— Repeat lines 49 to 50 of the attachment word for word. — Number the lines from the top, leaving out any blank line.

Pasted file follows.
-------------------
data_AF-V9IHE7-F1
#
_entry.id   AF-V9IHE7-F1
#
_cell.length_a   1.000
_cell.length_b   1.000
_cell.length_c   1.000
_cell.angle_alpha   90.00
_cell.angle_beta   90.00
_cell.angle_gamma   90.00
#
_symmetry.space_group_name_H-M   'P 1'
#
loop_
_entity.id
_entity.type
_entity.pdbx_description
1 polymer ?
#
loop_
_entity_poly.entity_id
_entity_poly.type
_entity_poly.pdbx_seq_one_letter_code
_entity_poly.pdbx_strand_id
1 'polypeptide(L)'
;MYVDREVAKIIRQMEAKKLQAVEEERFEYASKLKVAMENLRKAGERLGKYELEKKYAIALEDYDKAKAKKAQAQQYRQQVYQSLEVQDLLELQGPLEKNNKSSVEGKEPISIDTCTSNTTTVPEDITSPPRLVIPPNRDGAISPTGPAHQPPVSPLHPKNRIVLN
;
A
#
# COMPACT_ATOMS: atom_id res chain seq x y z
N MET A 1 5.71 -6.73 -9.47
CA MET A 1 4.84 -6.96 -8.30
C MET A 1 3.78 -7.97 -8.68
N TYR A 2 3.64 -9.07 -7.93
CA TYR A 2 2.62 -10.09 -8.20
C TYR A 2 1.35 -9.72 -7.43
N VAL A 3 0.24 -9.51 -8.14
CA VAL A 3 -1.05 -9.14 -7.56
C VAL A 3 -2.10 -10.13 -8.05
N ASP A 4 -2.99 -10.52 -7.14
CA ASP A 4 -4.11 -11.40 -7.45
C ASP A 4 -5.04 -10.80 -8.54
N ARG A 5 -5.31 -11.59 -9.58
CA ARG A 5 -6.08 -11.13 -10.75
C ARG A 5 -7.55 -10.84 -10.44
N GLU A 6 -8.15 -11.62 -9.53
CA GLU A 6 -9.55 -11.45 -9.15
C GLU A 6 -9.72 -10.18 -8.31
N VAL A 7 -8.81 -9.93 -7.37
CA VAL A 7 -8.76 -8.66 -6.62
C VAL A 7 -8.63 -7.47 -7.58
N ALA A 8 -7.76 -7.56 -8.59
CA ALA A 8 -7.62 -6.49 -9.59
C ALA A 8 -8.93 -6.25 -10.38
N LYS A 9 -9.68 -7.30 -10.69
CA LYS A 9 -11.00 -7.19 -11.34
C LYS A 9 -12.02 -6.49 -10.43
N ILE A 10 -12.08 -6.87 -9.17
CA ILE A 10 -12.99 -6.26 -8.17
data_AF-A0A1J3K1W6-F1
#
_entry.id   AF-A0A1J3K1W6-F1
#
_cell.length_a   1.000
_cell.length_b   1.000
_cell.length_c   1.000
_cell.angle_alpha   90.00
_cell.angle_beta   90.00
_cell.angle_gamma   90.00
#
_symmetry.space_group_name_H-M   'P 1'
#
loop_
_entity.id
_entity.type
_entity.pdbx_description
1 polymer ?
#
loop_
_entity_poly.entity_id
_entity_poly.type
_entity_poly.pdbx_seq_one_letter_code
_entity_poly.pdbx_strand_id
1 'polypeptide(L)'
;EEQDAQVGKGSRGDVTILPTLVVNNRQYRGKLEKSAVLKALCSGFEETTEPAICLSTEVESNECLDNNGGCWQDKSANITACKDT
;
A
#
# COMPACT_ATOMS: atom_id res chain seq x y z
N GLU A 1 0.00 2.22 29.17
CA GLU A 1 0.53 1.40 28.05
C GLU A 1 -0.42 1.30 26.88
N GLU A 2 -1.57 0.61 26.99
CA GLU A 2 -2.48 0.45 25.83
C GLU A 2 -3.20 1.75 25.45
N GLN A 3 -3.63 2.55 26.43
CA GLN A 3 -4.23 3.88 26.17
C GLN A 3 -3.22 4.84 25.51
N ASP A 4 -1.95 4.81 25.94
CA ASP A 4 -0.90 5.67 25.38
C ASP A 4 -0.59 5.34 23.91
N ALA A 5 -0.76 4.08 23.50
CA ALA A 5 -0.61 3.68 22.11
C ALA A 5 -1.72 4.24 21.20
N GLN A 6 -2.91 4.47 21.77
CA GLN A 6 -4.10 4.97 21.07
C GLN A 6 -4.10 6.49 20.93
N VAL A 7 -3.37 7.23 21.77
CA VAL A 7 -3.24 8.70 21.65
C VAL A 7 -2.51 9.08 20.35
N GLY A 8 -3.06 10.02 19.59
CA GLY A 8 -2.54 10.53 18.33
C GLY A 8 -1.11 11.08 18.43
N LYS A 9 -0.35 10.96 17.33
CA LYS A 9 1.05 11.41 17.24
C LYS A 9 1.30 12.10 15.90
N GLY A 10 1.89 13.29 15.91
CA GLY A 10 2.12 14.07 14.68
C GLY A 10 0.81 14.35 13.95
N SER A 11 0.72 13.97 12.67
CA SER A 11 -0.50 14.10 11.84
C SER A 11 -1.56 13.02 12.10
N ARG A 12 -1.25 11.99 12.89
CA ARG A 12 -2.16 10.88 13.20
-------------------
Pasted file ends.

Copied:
N VAL A 7 -8.81 -9.93 -7.37
CA VAL A 7 -8.76 -8.66 -6.62